Polyphenol oxidases (PPOs) are a group of Cu-containing enzymes distributed from bacteria to humans, exhibiting two activities, catechol oxidase and tyrosinase. However, their precise mechanism of action and the structural elements that determine the distinction between the two activities are yet to be fully understood. In nature, PPOs catalyse the oxidation of several phenols to o-quinones, considerably affecting colour, flavour, nutritional properties, shelf life and therefore market values of numerous vegetables and fruits. On the other hand, PPOs have been widely employed as biocatalysts in many reactions, with a vast spectrum of applications in food, pharmaceutical, and cosmetic industries. One of the most important although least studied application of PPOs is as sensitive detectors of phenol derivatives in polluted waters as well as efficient tools towards biodegradation of these substances.
In a previous work, the use of a PPO from the thermophilic fungus Thermothelomyces thermophila (TtPPO), for the degradation of chlorophenols (CPs), contagious by-products of various pesticides, was presented and evaluated. Based on a homology model and available literature on PPO structure-function relations, point mutations were designed, that led to TtPPO variants with altered activity. In order to shed light on the structure-function relations of TtPPO, we solved the structure of specific TtPPO mutant (G292N) (PDB code 6Z1S). Unfortunately, subsequent efforts to determine TtPPO structure in complex with various ligands or substrate analogues have not been yet successful.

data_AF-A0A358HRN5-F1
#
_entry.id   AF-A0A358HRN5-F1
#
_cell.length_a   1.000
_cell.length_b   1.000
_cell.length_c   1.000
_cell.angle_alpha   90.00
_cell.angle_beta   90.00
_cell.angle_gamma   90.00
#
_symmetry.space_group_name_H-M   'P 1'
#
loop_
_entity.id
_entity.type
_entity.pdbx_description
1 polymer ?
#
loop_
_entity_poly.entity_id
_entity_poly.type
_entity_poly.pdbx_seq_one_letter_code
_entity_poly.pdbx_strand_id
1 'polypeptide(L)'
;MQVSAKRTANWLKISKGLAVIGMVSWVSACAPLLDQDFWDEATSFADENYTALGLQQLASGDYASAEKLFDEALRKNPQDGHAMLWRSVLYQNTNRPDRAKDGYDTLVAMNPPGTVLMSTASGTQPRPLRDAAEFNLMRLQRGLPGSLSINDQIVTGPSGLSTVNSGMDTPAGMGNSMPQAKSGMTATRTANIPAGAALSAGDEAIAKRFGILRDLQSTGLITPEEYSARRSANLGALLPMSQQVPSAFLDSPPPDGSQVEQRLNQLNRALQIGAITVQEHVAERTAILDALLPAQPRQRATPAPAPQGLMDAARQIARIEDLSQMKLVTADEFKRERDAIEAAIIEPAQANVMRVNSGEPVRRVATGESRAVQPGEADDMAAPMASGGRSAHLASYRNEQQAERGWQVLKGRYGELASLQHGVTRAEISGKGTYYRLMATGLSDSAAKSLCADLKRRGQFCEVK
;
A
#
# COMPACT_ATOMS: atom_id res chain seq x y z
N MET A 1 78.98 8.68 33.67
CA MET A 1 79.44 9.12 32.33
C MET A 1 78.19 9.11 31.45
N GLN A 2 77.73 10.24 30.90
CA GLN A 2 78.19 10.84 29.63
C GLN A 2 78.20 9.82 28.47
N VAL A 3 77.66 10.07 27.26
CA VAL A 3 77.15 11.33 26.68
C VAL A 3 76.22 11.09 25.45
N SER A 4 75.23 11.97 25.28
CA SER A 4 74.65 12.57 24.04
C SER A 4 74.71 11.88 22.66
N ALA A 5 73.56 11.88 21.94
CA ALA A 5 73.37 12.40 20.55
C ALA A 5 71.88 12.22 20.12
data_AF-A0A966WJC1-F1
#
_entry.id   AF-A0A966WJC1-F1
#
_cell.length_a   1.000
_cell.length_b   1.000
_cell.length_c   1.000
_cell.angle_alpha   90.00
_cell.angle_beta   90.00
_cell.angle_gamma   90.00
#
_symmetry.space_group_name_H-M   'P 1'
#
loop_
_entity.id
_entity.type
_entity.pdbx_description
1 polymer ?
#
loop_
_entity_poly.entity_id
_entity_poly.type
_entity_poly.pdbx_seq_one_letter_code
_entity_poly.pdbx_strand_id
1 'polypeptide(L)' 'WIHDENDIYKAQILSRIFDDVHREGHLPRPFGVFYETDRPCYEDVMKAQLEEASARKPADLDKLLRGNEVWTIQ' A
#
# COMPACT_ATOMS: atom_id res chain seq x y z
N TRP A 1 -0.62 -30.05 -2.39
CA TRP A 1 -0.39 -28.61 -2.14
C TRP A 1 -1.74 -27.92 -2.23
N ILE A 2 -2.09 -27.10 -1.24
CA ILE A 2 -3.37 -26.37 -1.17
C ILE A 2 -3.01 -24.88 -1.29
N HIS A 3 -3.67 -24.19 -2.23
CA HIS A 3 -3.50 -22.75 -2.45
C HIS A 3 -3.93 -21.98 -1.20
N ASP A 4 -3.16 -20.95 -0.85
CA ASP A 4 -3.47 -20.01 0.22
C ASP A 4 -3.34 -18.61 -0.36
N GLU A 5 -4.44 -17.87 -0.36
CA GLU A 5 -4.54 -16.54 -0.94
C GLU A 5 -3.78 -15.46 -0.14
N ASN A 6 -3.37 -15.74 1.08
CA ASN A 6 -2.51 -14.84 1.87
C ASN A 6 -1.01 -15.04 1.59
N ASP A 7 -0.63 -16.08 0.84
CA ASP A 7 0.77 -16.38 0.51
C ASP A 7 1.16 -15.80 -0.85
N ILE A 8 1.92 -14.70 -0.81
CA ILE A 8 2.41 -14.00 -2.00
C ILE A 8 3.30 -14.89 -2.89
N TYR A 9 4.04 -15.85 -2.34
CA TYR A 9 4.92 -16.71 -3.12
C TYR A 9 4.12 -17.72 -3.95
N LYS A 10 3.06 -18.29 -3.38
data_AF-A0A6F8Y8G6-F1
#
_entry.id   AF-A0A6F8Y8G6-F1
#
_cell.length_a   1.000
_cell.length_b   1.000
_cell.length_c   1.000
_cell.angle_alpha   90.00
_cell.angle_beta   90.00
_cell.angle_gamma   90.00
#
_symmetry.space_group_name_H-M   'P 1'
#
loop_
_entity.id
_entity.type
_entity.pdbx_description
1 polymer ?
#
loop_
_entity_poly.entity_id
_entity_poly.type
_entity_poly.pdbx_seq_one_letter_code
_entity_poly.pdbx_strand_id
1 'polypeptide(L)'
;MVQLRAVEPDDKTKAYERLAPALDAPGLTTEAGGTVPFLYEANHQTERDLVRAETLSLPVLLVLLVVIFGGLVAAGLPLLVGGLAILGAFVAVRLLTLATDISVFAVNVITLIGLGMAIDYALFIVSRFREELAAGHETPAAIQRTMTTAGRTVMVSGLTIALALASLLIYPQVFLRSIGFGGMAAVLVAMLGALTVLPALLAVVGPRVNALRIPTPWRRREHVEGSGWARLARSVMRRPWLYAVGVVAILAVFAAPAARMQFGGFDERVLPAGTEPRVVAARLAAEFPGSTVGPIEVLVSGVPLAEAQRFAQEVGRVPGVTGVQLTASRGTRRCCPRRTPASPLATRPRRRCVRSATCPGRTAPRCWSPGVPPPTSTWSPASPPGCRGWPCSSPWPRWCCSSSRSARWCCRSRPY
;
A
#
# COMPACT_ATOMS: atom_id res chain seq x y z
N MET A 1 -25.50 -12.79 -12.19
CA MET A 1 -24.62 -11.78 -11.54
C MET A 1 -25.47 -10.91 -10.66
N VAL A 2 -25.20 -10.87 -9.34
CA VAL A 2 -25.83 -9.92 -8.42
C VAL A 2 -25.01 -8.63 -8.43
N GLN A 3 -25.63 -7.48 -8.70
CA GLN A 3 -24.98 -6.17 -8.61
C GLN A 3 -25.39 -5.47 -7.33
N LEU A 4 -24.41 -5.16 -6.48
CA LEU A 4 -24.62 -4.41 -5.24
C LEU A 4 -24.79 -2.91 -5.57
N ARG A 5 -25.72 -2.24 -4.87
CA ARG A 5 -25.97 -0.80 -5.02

The present work attempts to shed light on the structural determinants of TtPPO function, by performing protein-ligand docking experiments via YASARA software. The docking results are compared with the biochemical data, and the role of specific aminoacids in TtPPO function is discussed. Observations concerning the binding of the different substrates to the active site of the enzyme, i.e the identification of the amino acids involved in this process, extracted form high-resolution structural models, would allow for structure-based design and production of a more potent biocatalyst for the bioremediation of CPs, providing an economic, effective and sustainable tool for wastewater treatment.